I Don’t Do Fan Clubs

I’m not really very good at promoting my blog, but I do occasionally post links if I’m particularly pleased with something, or if I think a specific person or group might find it interesting.  Occasionally I get an invitation to join a fan club, fan group, or a fan forum in response.  Well, I don’t do fan groups anymore, and here’s why.

When I got my first computer with internet access, back in 1999, I had just discovered actor Ioan Gruffudd.  I spent hours in fan chat rooms with various ladies in the US and the UK.  It was really fun, and these online discussions eventually led to real meetings with several people both locally and in London.  Then it was actor Hugh Jackman, only for him I met other fans in New York.  Then it was a stage actor from London.  For each one, something similar would happen.

First I would meet people who shared my interest after we’d chatted online.  I had about a 50/50 success rate.  Roughly half the people I’d meet from online were nice and normal—or should I say, about as normal as me, which may not be saying much.  The other half were just odd.  Sometimes it was something scary and intense in their eyes, sometimes it was just general social awkwardness.  Most often, what turned me off was a kind of hyper-competitiveness over their obsession.  They conveyed the attitude, “I accept you as a fellow fan, but I am and will always be a bigger fan than you.  My interest, affection and devotion are greater than yours.”  I began to learn how to spot this kind of person through clues in their online interactions, but I’ve never become an expert.  In my online groups, I would try to avoid these people and just stick with the people I genuinely liked, but that’s where the group dynamic became tricky.

It’s really hard to avoid people when they’re members of an online community.  And, there’s something that happens with groups online, when people are able to post their thoughts without face-to-face social restraints.   Sometimes things just get really silly.  I left the Ioan Gruffudd fan group when we ran out of his work to dissect, and the discussion devolved into “If Ioan was ice cream, what flavor would he be?”  Worse, people get nasty.  Often, it’s a failure to be welcoming to new members combined with an attitude of superiority because one has been a fan for much longer.  It’s that hyper-competitiveness rearing its ugly head.  There’s also usually a person or a couple of people who become dominant, and soon anyone who disagrees with these leaders gets pushed out.  What usually happens to me is a growing sense of being boxed in, where I become reluctant to express my real opinions.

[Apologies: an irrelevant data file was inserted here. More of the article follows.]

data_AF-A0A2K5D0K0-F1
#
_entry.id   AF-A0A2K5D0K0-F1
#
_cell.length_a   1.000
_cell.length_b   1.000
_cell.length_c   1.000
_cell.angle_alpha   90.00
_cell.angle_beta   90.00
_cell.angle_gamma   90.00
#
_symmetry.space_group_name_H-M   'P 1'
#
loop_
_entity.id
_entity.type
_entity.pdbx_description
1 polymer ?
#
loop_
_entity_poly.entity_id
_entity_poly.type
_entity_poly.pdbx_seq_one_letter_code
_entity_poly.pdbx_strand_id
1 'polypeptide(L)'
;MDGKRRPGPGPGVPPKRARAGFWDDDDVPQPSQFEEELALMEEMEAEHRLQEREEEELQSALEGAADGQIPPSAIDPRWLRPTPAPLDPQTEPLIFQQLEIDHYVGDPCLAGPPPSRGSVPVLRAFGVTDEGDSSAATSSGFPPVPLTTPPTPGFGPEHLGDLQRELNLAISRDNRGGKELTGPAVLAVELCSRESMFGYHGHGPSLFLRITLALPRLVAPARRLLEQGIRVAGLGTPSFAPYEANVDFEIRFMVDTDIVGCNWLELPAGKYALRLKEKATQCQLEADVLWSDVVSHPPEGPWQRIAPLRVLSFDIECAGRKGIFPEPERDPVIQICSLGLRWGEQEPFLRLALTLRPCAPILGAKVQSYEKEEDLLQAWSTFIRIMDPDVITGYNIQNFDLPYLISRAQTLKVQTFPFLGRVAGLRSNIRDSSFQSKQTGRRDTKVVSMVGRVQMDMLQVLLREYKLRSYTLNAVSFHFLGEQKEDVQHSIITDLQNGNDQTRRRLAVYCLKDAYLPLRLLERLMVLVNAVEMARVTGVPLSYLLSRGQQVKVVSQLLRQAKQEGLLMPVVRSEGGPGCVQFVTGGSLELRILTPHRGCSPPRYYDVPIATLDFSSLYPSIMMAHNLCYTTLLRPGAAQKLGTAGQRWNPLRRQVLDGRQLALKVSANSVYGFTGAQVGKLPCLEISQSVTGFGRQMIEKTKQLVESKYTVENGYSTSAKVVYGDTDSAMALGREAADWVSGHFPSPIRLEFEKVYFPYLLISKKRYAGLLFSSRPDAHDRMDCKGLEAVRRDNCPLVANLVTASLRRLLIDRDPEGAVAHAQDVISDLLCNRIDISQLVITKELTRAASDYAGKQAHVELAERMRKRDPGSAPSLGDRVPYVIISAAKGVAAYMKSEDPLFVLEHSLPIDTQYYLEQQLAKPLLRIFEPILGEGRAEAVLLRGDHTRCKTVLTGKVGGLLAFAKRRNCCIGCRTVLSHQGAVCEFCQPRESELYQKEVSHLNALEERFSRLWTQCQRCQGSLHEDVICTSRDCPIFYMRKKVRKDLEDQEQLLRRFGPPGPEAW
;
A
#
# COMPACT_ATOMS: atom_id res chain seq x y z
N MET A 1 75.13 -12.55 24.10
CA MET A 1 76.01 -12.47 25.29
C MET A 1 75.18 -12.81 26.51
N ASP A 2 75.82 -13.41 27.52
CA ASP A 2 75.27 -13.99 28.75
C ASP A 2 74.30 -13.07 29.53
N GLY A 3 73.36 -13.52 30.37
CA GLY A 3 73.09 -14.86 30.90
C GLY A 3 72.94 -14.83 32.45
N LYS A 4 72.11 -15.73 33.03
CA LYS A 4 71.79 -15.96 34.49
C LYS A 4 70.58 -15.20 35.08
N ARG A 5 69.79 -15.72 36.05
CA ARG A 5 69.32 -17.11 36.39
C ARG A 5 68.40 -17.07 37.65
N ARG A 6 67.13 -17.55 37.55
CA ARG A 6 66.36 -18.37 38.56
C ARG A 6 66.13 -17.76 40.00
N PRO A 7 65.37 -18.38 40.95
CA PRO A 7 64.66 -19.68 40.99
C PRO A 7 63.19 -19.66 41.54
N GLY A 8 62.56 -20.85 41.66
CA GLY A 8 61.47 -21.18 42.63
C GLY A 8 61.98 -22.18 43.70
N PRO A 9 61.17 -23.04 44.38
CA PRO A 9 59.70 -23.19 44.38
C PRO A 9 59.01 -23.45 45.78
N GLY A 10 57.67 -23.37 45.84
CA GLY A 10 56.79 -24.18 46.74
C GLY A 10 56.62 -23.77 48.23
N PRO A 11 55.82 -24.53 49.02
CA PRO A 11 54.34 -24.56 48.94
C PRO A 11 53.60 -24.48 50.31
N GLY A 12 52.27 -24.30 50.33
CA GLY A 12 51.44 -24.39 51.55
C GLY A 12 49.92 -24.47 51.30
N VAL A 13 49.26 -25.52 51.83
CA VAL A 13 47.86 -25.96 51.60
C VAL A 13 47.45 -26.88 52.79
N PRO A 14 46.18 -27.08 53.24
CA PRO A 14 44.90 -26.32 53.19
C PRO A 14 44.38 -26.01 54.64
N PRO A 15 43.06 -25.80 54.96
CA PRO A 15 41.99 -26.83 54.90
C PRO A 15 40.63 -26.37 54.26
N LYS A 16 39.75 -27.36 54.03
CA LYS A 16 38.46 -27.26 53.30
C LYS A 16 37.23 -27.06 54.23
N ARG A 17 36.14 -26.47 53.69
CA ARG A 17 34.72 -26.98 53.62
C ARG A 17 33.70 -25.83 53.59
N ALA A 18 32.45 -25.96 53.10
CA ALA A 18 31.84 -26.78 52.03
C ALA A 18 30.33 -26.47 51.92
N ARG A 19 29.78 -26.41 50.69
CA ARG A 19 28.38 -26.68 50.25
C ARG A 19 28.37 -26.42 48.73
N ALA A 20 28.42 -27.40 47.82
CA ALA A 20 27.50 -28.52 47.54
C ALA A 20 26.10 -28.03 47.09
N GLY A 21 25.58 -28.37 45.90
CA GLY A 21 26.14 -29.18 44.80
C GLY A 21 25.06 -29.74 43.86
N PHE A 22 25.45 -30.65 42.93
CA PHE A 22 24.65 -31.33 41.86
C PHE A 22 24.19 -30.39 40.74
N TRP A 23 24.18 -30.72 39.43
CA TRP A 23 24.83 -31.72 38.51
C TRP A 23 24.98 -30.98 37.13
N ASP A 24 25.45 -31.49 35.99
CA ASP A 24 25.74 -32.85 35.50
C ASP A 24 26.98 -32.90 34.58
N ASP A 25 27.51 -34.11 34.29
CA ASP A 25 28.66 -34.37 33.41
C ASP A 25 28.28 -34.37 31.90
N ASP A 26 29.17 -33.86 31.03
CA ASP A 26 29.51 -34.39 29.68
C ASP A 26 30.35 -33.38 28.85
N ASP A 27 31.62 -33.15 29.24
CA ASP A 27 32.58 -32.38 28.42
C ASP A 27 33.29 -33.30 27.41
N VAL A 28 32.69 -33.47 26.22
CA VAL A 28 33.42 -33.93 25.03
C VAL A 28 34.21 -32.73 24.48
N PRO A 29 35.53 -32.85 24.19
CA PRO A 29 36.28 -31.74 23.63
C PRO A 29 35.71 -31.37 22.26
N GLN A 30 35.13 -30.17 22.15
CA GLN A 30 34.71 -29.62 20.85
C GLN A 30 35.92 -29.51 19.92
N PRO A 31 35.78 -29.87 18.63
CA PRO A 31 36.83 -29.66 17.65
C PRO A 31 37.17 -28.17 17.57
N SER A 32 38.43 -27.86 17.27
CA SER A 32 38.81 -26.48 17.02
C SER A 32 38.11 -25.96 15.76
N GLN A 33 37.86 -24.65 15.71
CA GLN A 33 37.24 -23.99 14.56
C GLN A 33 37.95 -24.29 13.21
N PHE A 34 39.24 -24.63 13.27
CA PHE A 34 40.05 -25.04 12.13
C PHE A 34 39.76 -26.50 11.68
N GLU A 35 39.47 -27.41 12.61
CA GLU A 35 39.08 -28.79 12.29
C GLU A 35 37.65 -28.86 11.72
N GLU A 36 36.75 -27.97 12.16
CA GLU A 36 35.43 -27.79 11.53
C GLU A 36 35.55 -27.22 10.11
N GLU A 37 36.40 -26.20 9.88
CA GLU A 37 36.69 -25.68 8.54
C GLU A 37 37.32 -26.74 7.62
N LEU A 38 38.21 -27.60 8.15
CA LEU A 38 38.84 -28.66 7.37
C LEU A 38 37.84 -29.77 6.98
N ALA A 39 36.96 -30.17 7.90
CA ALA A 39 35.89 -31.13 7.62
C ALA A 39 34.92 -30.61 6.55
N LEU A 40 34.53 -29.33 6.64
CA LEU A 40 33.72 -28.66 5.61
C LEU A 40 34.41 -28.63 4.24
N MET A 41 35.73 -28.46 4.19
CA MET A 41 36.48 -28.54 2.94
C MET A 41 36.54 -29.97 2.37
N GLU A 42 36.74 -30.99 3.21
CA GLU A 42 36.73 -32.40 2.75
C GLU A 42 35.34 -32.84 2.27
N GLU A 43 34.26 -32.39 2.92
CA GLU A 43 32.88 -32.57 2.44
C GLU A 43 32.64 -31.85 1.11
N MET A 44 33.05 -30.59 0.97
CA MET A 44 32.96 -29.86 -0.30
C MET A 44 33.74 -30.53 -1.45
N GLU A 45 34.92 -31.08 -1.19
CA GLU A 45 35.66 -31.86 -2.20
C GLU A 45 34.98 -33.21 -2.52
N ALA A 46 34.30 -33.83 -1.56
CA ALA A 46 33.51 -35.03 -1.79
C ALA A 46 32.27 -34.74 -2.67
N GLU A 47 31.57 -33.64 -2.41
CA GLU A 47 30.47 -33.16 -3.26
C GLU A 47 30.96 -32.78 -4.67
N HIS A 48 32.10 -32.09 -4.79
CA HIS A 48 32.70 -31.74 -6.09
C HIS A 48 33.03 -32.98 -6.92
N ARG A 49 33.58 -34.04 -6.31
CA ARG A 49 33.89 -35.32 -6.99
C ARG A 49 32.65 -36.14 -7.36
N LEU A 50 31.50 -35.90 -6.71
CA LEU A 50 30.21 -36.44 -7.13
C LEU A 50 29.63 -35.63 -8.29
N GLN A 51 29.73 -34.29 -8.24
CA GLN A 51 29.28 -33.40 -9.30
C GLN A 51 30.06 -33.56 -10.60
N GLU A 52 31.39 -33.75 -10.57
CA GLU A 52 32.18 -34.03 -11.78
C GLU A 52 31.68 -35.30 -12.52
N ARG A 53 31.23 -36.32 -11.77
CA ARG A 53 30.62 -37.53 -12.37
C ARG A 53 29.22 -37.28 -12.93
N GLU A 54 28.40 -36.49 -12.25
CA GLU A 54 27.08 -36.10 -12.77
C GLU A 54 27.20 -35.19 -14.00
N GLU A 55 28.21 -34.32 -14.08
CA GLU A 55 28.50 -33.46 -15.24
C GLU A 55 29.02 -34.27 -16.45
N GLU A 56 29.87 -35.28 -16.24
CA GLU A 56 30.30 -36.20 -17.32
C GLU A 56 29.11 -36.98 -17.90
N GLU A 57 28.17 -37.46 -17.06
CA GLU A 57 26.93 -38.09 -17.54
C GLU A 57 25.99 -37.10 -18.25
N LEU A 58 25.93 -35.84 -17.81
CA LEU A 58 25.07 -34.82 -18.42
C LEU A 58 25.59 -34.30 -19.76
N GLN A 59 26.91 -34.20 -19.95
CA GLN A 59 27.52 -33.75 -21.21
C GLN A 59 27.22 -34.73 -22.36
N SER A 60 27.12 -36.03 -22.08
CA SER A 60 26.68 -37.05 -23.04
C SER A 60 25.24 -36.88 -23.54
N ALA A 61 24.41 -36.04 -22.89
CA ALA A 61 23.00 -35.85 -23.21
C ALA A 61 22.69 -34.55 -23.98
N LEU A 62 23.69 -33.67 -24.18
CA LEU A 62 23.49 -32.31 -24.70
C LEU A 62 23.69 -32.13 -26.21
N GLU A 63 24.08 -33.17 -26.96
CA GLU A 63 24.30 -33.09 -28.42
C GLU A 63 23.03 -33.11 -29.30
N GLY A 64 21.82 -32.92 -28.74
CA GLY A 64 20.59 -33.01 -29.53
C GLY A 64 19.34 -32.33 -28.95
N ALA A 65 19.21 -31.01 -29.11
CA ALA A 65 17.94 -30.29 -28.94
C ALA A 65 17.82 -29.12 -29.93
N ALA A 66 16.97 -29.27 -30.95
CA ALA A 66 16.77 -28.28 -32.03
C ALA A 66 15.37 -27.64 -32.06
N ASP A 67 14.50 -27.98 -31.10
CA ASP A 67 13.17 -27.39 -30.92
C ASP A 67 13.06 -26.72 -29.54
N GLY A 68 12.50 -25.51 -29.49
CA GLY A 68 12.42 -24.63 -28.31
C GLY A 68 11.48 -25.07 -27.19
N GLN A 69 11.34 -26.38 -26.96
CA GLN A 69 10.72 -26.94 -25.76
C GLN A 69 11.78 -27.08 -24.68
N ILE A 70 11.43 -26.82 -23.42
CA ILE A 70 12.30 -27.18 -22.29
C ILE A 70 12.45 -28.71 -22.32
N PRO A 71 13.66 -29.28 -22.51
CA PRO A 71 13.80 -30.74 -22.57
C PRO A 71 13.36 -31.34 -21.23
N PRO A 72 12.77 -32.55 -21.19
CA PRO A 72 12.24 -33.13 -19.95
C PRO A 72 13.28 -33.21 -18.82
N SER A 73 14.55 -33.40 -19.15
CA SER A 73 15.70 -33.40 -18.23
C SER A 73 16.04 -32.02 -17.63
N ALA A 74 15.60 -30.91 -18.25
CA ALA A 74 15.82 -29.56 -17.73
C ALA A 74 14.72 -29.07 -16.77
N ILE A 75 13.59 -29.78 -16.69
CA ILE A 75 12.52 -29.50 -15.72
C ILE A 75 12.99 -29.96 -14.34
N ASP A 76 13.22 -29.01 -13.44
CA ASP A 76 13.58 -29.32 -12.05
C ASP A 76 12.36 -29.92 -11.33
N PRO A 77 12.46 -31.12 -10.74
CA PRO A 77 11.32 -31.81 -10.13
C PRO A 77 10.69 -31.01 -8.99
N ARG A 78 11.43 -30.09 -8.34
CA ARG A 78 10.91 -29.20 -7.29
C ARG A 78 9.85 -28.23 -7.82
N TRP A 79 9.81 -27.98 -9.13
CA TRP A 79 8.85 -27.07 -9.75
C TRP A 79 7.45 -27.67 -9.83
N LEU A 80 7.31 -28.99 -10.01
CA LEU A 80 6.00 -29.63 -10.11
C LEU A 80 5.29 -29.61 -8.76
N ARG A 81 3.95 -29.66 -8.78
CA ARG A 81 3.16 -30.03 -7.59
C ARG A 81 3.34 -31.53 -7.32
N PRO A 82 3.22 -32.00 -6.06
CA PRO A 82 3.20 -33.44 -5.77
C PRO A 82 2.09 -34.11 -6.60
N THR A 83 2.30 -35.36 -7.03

My preference now is to find several like-minded fellow fans and connect through one-on-one interactions.  I don’t consciously seek them out, because that kind of deliberateness is creepy!  It just happens naturally.   After some back and forth in public forums, we then communicate privately, where we can be more honest.   I’ve met some wonderful people on YouTube, facebook fan pages, twitter, and through my blog.  It starts with a mutual interest in a particular actor, but the fans who become friends share more in common with me, whether it’s other interests or a similar sense of humor.  I’m lucky to know these people.  And grateful.